I started beekeeping school in January.
My dad couldn’t believe it. When I was 10, my sister and I were playing in the street in front of the house and I thought I heard a bee. I ran. I fell. The town had just resurfaced the road and hadn’t repaved yet, so I had loose gravel stuck in both knees, a hand, an elbow, and my chin. I couldn’t move. My dad had to carry me into the house and clean and bandage the wounds.
When I went to school the next day everyone asked what happened.
“I heard a bee.”
“A bee did this to you?!”
“No, I fell.” I fell running from the phantom bee. Because I’m afraid of bees. That’s why my dad couldn’t believe I enrolled in beekeeping school.
Our friend visited last summer and told us about his father’s bees and it sounded fascinating. Then last fall I saw an announcement for beekeeping school. Chatham County Beekeeping School is only offered every other year. The 2017 class was to be held at the new Chatham County Agricultural & Conference Center, less than 2 miles from home. The school notoriously fills up and turns people away, so I figured I’d go if I got a seat.
I was hesitant to keep bees because I had never been stung. What if I was allergic? Then a conversation with a friend reassured me: There’s a simple allergy test. So on my next doctor visit I had the test: Negative. Now I could keep bees care-free, right?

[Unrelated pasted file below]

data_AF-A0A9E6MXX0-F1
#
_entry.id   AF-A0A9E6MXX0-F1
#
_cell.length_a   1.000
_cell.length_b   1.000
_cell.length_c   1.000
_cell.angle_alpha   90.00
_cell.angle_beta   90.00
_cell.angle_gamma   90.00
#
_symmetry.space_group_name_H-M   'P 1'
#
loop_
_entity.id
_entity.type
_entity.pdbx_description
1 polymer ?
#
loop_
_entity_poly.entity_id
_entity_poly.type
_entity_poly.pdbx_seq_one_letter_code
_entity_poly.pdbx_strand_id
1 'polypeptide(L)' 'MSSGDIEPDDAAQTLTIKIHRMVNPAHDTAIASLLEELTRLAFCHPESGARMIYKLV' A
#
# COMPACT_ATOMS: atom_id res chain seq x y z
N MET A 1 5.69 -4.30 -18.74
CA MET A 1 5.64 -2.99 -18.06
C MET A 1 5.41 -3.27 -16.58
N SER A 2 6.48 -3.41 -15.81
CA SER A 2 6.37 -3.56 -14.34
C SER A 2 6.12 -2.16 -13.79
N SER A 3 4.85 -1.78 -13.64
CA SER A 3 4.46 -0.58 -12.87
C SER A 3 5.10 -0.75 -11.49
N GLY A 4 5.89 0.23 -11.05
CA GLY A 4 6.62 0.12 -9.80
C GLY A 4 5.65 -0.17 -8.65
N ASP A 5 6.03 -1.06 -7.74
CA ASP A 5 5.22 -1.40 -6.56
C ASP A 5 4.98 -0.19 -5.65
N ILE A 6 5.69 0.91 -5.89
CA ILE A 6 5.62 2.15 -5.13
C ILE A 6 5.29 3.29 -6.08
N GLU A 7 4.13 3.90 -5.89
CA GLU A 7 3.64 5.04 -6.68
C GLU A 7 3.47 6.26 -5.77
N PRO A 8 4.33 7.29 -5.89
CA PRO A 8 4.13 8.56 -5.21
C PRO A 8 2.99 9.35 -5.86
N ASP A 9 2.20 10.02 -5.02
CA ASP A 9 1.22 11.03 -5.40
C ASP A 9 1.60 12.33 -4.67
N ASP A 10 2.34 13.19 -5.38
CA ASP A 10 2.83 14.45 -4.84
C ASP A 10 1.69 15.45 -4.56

For the past two months I’ve spent every Monday night at school. One of the classes was dedicated to preventing and treating stings. A physician led the session and explained that even if you test negative for a honey bee allergy today, you could become allergic tomorrow. Just like any allergy. He recommends keeping a pack of EpiPens® (or generic equivalent) at home “just in case.” Not so care-free!
Fun fact about beekeeping in North Carolina: We have more beekeepers than any other state.
At one of the classes we built frames and hive bodies. Then I ‘won’ the raffle to buy some equipment so now I have one deep and one medium. I’m gathering the rest of the supplies in the coming weeks. Due to professional and personal commitments (prepping my freelance journalism guide for release soon, and a vacation!), I’m postponing starting hives until June. Until then I plan to pitch a few articles related to beekeeping, follow my mentor (a local beekeeper who resides only 6 miles from me), attend local beekeeping chapter meetings, and try not to run when I hear a bee.
For those who focus on agrojournalism like myself, here are a few magazines that produce editorial on beekeeping (links go directly to writers guidelines, if available):
Countryside Network (Multiple magazines on homesteading, beekeeping, and related topics.)